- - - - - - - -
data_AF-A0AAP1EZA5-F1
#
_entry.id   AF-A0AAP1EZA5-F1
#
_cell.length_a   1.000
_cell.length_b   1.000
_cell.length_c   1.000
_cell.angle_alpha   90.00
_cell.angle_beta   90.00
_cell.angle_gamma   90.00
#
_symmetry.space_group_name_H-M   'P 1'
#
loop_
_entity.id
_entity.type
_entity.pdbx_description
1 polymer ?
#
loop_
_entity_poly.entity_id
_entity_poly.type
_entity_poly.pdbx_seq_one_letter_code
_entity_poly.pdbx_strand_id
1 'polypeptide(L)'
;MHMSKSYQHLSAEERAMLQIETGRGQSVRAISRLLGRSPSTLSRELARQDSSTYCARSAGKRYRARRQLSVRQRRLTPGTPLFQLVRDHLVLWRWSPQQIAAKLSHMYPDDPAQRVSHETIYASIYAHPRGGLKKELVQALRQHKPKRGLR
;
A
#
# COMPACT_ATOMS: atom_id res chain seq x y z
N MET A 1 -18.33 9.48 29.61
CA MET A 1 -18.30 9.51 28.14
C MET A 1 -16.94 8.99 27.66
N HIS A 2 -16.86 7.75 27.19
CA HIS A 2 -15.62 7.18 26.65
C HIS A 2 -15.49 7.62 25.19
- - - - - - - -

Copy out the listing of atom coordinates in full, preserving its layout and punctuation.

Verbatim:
data_AF-A0AAP1EZA5-F1
#
_entry.id   AF-A0AAP1EZA5-F1
#
_cell.length_a   1.000
_cell.length_b   1.000
_cell.length_c   1.000
_cell.angle_alpha   90.00
_cell.angle_beta   90.00
_cell.angle_gamma   90.00
#
_symmetry.space_group_name_H-M   'P 1'
#
loop_
_entity.id
_entity.type
_entity.pdbx_description
1 polymer ?
#
loop_
_entity_poly.entity_id
_entity_poly.type
_entity_poly.pdbx_seq_one_letter_code
_entity_poly.pdbx_strand_id
1 'polypeptide(L)'
;MHMSKSYQHLSAEERAMLQIETGRGQSVRAISRLLGRSPSTLSRELARQDSSTYCARSAGKRYRARRQLSVRQRRLTPGTPLFQLVRDHLVLWRWSPQQIAAKLSHMYPDDPAQRVSHETIYASIYAHPRGGLKKELVQALRQHKPKRGLR
;
A
#
# COMPACT_ATOMS: atom_id res chain seq x y z
N MET A 1 -18.33 9.48 29.61
CA MET A 1 -18.30 9.51 28.14
C MET A 1 -16.94 8.99 27.66
N HIS A 2 -16.86 7.75 27.19
CA HIS A 2 -15.62 7.18 26.65
C HIS A 2 -15.49 7.62 25.19